Swing low…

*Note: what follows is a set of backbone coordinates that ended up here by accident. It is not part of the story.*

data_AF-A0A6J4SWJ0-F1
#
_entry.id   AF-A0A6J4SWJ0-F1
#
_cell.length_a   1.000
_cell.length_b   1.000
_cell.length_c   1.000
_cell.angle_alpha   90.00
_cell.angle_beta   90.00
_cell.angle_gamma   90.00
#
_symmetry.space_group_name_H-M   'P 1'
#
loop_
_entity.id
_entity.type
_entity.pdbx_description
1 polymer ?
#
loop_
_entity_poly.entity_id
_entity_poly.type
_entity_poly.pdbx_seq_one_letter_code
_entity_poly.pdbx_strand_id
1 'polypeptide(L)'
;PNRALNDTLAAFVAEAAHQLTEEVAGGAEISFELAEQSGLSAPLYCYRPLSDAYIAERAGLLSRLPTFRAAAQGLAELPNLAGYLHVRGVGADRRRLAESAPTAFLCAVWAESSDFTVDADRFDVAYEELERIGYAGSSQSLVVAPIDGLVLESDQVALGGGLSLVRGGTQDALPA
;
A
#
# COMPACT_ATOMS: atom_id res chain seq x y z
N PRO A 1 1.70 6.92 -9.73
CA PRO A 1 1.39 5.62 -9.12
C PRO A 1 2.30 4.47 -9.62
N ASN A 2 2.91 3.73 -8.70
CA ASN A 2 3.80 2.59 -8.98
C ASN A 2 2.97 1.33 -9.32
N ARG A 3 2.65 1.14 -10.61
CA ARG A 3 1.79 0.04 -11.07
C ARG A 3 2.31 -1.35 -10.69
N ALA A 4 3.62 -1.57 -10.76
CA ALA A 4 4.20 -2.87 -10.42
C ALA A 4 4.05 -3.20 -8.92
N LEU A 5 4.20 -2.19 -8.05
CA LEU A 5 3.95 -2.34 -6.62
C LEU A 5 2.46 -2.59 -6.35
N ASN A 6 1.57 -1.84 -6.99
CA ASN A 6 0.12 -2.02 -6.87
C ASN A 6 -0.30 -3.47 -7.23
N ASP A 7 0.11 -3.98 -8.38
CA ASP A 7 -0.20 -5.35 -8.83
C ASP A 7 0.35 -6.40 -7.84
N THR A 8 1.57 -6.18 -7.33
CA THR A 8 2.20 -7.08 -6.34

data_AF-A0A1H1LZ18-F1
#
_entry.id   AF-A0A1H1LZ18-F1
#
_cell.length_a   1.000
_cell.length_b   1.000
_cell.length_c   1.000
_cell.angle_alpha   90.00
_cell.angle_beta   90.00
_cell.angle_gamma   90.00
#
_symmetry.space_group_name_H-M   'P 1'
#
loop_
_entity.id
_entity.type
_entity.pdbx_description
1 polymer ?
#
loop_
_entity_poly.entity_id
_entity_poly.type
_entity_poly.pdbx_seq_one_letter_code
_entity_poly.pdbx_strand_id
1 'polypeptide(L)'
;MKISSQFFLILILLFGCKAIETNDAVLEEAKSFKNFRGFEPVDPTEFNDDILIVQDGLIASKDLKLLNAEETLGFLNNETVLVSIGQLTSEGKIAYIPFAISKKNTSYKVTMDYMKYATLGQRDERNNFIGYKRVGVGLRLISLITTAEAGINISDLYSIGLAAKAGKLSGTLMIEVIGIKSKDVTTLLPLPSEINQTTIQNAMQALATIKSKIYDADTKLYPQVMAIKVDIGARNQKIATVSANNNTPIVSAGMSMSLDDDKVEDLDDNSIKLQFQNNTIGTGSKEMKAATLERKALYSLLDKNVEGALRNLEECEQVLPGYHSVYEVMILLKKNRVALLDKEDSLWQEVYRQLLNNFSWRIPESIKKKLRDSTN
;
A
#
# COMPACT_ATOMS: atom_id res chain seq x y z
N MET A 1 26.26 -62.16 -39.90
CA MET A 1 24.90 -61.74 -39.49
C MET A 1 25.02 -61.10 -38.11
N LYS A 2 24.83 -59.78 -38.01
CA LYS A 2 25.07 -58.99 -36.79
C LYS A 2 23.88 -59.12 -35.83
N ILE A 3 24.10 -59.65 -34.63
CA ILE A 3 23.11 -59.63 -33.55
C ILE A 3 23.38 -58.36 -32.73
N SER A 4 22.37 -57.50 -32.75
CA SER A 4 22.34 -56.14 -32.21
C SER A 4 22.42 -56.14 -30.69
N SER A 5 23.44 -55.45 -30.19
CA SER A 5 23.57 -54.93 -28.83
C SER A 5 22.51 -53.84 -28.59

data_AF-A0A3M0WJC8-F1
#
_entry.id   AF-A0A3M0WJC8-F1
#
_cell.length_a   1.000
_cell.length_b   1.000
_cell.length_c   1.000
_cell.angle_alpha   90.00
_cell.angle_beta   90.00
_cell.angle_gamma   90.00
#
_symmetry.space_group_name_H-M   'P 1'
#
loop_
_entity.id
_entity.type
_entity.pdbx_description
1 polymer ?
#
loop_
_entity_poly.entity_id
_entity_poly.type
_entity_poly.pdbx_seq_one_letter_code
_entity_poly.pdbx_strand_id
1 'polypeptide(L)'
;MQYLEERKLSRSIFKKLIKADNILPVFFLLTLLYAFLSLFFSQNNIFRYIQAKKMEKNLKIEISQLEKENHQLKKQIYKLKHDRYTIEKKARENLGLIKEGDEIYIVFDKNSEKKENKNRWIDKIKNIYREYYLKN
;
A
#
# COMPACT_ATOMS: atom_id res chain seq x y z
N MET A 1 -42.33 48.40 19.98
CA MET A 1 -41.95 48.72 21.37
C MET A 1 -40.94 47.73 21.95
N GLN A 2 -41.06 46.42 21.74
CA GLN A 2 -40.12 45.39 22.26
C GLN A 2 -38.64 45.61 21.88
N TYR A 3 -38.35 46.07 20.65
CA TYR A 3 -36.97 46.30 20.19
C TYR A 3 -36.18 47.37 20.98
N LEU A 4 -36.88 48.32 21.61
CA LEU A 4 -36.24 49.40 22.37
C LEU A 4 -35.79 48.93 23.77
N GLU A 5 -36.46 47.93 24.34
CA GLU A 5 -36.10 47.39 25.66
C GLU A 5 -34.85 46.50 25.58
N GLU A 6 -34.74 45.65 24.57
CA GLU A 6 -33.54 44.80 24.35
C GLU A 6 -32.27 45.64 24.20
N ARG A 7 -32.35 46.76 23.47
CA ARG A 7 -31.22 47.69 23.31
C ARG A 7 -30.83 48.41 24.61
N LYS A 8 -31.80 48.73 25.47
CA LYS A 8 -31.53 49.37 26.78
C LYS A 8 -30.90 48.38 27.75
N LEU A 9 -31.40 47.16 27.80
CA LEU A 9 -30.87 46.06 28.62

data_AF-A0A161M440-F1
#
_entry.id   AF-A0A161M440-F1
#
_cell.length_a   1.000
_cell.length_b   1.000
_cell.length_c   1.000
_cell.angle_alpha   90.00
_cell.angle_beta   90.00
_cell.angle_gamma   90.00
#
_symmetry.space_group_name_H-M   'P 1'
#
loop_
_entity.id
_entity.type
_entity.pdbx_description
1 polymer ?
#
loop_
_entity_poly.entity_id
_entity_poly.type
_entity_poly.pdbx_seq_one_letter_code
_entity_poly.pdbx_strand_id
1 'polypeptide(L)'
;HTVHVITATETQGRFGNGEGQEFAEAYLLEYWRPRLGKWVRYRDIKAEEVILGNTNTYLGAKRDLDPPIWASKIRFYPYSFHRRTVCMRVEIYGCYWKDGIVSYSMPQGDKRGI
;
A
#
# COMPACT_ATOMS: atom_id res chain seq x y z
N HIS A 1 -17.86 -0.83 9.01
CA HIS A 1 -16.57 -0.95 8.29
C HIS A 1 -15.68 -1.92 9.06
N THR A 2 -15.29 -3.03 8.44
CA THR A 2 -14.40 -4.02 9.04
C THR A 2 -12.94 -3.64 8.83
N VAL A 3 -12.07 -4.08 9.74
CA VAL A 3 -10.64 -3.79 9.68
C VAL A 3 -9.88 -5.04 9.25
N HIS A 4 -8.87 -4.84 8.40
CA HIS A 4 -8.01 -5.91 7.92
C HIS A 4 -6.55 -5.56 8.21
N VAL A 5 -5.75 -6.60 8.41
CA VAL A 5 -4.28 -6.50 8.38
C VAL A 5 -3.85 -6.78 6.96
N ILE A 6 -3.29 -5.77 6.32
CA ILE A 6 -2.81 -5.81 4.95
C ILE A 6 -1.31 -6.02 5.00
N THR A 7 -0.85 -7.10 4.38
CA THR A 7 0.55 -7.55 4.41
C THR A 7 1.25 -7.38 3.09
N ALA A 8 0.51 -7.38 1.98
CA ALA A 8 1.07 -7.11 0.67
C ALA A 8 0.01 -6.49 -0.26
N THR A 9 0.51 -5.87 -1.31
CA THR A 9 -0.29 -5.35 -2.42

Swing low…According to analysts at the PC Technology Forum Intel is struggling to compete in the sub-$1,000 PC market, with its Celeron microprocessor taking flak because of its performance. Tom Foremski reports on a market Intel is marching into the workstation high ground that used to be the preserve of performance fiends like the Alpha processor, but may be losing control of the personal computer lowlands where IDT and others are skirmishing for territory. This is the story that emerged from analysts and executives from US PC companies gathered at the recent PC Technology Forum. At the low end of the market, Intel is facing more competition than it has for many a year. IDT, in the vanguard of the attack, said that it will bring out later this year versions of its WinChip family of microprocessors with support for better 3D performance and, pandering to a specification drunk market, increased clock speeds. “Increasing clock speeds doesn’t mean that you have a higher performance,” pointed out Glenn Henry, senior vice- president at IDT “But the market demands it and that’s why we will bring out new versions with high clock speeds.” IDT’s main goal is to offer cheap Pentium compatible microprocessors for as low as $50 each, taking advantage of strong growth in the sub-$1,000 PC market. Intel is trying to compete in this sector, but so far, its Celeron microprocessors have been poorly received because of low performance. “Celeron is a lacklustre chip. But if Intel brings out Mendocino with its on-chip cache, that will be a much better product,” said Michael Slater, principal analyst at MicroDesign Resources. Slater pointed out that with Mendocino, Intel will face a challenge in keeping that chip in the low end of the market because it will be a strong competitor to Intel’s mid-range products. He added that Intel executive vice-president Paul Otellini conceded that Intel’s focus on microprocessors for specific segments is difficult. “You really have to understand the needs of each sector,” he said. But Intel’s focus on the Celeron low end market is very strong, “it is not a trivial thing for us. We have about 800 designers working on Celeron products,” he added. Intel is desperate to boost demand for more powerful PCs and has invested more than $750m in companies that are developing products and technologies that will drive demand for more expensive PCs. Otellini called for help in this process, warning that unless the entire industry gets together to drive the market as a whole, PC sales will be “anaemic”. Although still complex, the workstation end of the market is more likely to go Intel’s way. It is making a major push behind workstation class PCs especially as it prepares for the roll out of its 64-bit Merced microprocessor late next year. The company sees strong profit margins for workstation class microprocessors such as its forthcoming Xeon microprocessors which offer faster performance in workstations compared with the mainstream Pentium II microprocessors. “The workstation market is very exciting for us because it is showing large growth compared with Unix/Risc workstations,” said Otellini, speaking at the conference. “The prices for workstation class microprocessors are very good and will offset the lower prices for low end microprocessors.” Otellini said that although the workstation market represents a small part of Intel’s business, it has assigned more than 800 designers to work on future workstation microprocessor products. The chips and technologies developed for this market will then filter down into mainstream and lower end markets. Microprocessors such as Xeon offer workstation users very high performance through a Slot II module which has large amounts of cache memory and a faster bus. Intel is also working on chip sets for workstation class PCs that support faster versions of its Advanced Graphics Port which speeds graphics performance. Otellini also said that Intel is working on integrated microprocessor designs that could combine things like graphics processing on the chip for even higher performance. And Xeon microprocessors are also designed to be able to work together in multiple microprocessor based systems, which can dramatically increase workstation performance. Intel’s Pentium II microprocessors suffer in terms of integer and floating point performance compared with Risc microprocessors, especially the top performing Alpha microprocessor. But the introduction of the 64-bit Merced will change that performance comparison significantly and will drive Risc microprocessors out of the market, says Linley Gwennap, senior industry analyst at MicroDesign Resources. “Merced’s Epic (explicitly parallel instruction computing) can run applications in parallel and it offers very fast integer and floating point performance, which have been a weakness for the Pentium II,” said Gwennap. Compaq Computer’s acquisition of Digital Equipment also raises some questions about whether Compaq will continue supporting Alpha based workstations. “Compaq has said it will support Alpha-based systems but if Alpha offers little performance advantage over Merced, I can’t see it continuing that support long term,” Gwennap said. He added that Risc microprocessors will gradually fade away from the desktop market. The customer’s angle PCs designed for the living room could become a major market but industry observers pointed out that the marketing principles are different for the PC market. Potential customers are less concerned about what processor is inside the system than what it can do, and what the system features are. PC prices have been falling quickly over the last six months, but future price drops are likely to be small. “PCs are cheaper mainly because of sharp drops in the price of memory chips,” pointed out Mel Thomsen, senior analyst at MicroDesign Resources. “Hard drives are also cheaper and there is greater chip integration. But there is a limit to how much further prices can fall.” Thomsen added that low end PC prices have proved popular because of a lack of new software applications that require more powerful sys tems, making older PC designs “good enough” for most uses.